SQL SERVER – SQL Basics: What Are Filegroups – Day 9 of 10

This is the 9th post out of my 10 post series of my 10th book – SQL Basics. Today will show the importance of data and information.

You can get that in Paperback (USA) and Kindle (Worldwide).

Using Filegroups

There are many advantages to using filegroups to manage the database workload. A filegroup may contain many datafiles, and the properties of all the datafiles can be managed simultaneously with a filegroup.

Primary and Secondary Filegroups

A primary filegroup contains the primary datafile (mdf) and possibly secondary datafiles (ndf). All system tables are allocated to the primary filegroup.

A secondary filegroup (also called a user-defined filegroup) contains secondary datafiles (ndf) and database objects.

The default filegroup contains objects which were created without an assigned filegroup. The primary filegroup is the default filegroup unless another filegroup is specified.

Logfiles are never part of a filegroup. We learned about logfiles in yesterdays post. The logfile tracks all the changes that have taken place since the last database backup, whereas datafiles have the file extension .mdf or .ndf, logfiles always have the .ldf extension.

In the figure below we have one datafile called RatisCo_Data.mdf in the SQL folder of the C drive (C:\SQL\RatisCo_Data.mdf). Since we didn’t specify any filegroups, SQL Server automatically placed it in the primary filegroup for us. We also created a logfile in the same location (C:\SQL\RatisCo_Log.ldf). That file was not placed inside a filegroup, since logfiles are never part of a filegroup.

Our next example will create one datafile in the primary filegroup and two datafiles in the secondary filegroup (also known as the user-defined filegroup).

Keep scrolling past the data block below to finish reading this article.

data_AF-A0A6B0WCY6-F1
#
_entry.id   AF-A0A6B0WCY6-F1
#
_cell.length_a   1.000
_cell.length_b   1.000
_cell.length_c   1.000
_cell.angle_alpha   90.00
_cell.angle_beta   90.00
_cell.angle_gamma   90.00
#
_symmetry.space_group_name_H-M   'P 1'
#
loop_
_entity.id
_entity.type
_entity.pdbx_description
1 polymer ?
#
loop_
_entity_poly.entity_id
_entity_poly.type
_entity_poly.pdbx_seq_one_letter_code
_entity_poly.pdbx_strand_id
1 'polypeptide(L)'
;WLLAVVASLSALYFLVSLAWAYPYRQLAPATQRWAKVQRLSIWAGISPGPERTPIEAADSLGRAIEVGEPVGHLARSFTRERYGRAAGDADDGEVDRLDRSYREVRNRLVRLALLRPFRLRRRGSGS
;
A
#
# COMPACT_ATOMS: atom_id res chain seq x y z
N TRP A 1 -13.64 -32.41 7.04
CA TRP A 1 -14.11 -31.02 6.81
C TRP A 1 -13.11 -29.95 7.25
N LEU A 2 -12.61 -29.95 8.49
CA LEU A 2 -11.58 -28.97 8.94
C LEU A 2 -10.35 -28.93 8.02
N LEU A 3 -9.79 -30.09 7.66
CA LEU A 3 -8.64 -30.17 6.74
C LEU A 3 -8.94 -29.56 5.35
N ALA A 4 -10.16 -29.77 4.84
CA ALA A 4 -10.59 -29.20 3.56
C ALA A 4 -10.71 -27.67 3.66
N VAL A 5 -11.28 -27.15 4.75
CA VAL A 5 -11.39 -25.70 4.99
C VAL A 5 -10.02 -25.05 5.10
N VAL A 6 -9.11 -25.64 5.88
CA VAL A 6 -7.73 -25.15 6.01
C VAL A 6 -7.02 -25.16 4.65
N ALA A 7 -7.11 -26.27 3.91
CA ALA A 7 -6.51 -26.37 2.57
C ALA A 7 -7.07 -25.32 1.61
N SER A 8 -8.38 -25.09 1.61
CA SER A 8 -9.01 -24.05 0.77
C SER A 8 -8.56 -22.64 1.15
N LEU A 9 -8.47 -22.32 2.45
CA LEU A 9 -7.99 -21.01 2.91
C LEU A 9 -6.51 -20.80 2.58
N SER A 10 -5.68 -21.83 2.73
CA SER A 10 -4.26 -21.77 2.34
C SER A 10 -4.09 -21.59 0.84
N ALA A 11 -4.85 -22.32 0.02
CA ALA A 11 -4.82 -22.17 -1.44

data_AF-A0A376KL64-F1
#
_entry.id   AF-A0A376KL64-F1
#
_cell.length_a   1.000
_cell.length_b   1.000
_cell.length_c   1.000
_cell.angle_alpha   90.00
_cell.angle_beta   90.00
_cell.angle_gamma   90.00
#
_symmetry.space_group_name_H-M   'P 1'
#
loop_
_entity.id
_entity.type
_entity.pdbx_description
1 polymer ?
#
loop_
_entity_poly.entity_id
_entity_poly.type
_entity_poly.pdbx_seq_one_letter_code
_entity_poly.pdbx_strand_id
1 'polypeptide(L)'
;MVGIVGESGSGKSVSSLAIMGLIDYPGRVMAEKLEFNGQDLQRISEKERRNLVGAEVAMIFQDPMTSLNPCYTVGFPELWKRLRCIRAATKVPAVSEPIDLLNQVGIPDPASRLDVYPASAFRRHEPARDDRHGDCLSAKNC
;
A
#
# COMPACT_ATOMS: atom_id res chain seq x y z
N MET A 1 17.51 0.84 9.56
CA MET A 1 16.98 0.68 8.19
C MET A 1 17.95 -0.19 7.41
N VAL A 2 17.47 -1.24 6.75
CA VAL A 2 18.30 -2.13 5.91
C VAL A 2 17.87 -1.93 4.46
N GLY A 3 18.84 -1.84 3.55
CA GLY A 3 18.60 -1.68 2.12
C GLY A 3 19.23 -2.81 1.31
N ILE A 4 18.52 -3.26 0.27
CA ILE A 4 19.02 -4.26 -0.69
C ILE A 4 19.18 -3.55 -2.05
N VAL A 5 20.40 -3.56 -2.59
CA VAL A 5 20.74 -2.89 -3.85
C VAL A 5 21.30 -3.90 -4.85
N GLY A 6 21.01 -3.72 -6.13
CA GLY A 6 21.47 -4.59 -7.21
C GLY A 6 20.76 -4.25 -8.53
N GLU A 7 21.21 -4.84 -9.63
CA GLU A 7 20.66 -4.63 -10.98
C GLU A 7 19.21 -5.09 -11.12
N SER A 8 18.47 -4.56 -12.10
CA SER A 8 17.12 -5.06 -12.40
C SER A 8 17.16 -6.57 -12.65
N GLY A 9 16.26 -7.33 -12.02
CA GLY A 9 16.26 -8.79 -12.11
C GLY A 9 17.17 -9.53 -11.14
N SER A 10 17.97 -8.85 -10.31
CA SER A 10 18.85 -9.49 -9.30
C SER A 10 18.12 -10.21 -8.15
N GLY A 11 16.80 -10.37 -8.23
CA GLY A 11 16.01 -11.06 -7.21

We can accomplish this with the following steps:

  1. Create one mdf (main datafile) in the primary filegroup.
  2. Create two ndfs (secondary datafiles) in a user-defined filegroup called Order_Hist located on a separate drive.
  3. Create the ldf (log datafile) on a separate drive.

Each data file has its properties set in its own set of parenthesis.  If you have two parentheses after a filegroup name then that filegroup will have two datafiles (like the [OrderHist] filegroup in the code below). The framework for the code is seen here.

If our goal is to put the mdf on the C: the two ndf files on the D: and the log on the E: then our code would be completed by doing the following:

CREATE DATABASE RatisCo
ON PRIMARY
(NAME = RaticCo_Data, FILENAME = 'C:\SQL\RatisCo_Data1.mdf'),
FILEGROUP [OrderHist]
(NAME = RaticCo_Hist1, FILENAME = 'D:\SQL\RatisCo_Hist1.ndf'),
(
NAME = RaticCo_Hist2, FILENAME = 'D:\SQL\RatisCo_Hist2.ndf')
LOG ON
(NAME = RaticCo_Log, FILENAME = 'E:\SQL\RatisCoLog.ldf')
GO

Action Item

Get the book for yourself and your friend. This is just a reference everyone must have it.

Available in Paperback (USA), Kindle (Worldwide) 

Reference: Pinal Dave (http://blog.sqlauthority.com)

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2 thoughts on “SQL SERVER – SQL Basics: What Are Filegroups – Day 9 of 10

  1. Pingback: SQL SERVER – SQL Basics Video: What Are Filegroups – SQL in Sixty Seconds #064 | Journey to SQL Authority with Pinal Dave

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